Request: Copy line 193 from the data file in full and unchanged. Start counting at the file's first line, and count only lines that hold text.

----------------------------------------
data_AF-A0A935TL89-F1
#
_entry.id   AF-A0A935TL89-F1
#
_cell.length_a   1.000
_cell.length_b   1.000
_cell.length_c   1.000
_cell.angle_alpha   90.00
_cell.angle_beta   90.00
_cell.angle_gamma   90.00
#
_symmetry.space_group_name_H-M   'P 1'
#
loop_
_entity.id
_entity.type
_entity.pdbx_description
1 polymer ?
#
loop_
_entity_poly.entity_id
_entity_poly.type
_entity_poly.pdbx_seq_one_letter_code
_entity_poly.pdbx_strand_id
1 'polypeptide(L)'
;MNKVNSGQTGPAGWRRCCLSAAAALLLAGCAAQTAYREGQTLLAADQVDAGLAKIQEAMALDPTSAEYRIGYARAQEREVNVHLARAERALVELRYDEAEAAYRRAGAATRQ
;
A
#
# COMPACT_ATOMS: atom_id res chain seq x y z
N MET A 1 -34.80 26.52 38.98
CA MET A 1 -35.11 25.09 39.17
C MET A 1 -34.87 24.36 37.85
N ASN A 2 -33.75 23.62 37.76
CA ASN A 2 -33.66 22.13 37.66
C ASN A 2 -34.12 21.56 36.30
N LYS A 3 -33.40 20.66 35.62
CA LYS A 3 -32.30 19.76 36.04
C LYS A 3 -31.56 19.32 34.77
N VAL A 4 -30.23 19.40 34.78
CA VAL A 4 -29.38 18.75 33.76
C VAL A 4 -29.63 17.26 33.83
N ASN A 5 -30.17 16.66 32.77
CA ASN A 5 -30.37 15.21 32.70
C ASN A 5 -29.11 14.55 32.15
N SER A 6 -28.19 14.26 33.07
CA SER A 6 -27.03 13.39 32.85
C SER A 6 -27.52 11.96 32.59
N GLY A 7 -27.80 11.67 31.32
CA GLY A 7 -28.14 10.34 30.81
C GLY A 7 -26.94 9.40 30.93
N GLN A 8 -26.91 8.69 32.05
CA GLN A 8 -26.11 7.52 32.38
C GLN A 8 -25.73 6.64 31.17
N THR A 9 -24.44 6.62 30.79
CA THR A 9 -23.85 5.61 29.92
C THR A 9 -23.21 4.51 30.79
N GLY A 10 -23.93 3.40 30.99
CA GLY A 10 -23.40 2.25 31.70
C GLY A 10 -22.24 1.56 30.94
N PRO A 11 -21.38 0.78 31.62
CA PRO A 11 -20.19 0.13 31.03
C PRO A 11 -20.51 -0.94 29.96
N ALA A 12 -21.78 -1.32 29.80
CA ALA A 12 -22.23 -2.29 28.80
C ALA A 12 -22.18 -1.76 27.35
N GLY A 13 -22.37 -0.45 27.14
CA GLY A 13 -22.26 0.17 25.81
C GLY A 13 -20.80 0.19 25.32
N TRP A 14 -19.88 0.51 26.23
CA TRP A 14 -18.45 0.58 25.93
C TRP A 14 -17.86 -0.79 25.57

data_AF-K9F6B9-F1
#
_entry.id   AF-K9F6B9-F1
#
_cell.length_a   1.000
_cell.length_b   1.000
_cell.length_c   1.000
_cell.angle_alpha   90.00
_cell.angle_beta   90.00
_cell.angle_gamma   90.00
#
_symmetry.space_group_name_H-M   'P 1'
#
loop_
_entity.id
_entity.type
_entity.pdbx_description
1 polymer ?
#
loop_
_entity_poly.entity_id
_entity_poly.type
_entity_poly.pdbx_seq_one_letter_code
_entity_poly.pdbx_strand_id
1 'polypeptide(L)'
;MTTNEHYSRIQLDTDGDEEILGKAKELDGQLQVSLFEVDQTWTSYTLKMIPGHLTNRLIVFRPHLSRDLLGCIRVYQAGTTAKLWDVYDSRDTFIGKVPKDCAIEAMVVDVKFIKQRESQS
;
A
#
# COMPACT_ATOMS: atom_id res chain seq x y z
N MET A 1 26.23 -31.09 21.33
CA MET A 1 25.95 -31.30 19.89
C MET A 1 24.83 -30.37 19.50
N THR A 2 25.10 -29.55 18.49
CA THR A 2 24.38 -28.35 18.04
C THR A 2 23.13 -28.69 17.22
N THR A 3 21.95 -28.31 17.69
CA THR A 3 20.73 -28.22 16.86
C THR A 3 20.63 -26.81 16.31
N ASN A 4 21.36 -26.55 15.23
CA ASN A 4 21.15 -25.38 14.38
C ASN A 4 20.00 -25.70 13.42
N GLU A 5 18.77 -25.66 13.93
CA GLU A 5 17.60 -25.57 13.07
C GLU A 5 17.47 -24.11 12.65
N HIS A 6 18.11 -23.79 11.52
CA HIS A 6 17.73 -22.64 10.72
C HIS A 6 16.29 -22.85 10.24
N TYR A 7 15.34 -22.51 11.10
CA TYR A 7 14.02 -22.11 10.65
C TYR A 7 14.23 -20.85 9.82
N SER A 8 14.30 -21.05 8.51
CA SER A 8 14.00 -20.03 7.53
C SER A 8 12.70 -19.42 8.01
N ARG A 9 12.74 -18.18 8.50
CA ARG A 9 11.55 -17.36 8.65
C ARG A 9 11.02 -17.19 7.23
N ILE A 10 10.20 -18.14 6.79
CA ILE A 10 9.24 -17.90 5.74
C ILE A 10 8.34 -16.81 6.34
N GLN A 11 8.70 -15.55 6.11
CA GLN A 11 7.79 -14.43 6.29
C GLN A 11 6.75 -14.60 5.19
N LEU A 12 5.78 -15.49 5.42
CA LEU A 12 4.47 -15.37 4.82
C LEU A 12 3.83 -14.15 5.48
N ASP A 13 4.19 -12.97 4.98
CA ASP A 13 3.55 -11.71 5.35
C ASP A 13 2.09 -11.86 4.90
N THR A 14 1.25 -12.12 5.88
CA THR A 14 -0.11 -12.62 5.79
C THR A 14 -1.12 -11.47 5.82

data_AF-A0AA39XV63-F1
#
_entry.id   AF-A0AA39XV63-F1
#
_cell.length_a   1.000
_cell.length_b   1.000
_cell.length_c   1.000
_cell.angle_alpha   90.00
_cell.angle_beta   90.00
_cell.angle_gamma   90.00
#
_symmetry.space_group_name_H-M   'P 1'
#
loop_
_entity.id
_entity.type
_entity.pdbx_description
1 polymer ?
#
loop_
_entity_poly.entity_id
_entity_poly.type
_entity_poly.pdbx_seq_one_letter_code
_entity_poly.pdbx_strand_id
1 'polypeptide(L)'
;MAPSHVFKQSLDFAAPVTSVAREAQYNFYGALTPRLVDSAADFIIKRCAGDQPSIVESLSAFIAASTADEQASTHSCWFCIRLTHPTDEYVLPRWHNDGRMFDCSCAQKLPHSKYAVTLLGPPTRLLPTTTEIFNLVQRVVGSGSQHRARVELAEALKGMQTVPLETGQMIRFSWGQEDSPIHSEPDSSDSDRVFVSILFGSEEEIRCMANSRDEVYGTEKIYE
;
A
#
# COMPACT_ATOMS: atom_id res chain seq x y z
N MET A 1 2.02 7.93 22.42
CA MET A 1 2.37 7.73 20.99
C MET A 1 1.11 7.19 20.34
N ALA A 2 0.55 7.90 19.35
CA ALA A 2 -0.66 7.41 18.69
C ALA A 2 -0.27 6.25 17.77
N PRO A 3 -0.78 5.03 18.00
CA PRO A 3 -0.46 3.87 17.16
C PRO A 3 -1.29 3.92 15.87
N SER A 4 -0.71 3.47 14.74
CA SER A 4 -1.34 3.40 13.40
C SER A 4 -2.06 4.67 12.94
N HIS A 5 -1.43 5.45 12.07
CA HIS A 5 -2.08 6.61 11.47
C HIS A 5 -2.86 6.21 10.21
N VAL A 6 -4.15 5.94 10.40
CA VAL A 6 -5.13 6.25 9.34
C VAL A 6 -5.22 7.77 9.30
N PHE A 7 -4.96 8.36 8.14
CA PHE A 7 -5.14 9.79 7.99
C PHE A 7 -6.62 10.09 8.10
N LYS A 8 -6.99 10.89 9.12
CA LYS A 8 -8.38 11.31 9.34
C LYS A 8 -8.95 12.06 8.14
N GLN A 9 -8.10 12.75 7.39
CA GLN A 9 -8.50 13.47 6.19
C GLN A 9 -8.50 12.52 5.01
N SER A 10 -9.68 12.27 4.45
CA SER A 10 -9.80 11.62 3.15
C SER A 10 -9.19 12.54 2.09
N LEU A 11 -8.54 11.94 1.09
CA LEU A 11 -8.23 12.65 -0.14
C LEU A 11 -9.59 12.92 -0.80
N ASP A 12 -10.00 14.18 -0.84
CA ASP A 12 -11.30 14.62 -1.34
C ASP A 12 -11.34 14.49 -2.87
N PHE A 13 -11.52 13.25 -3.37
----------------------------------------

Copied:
N PHE A 7 -4.96 8.36 8.14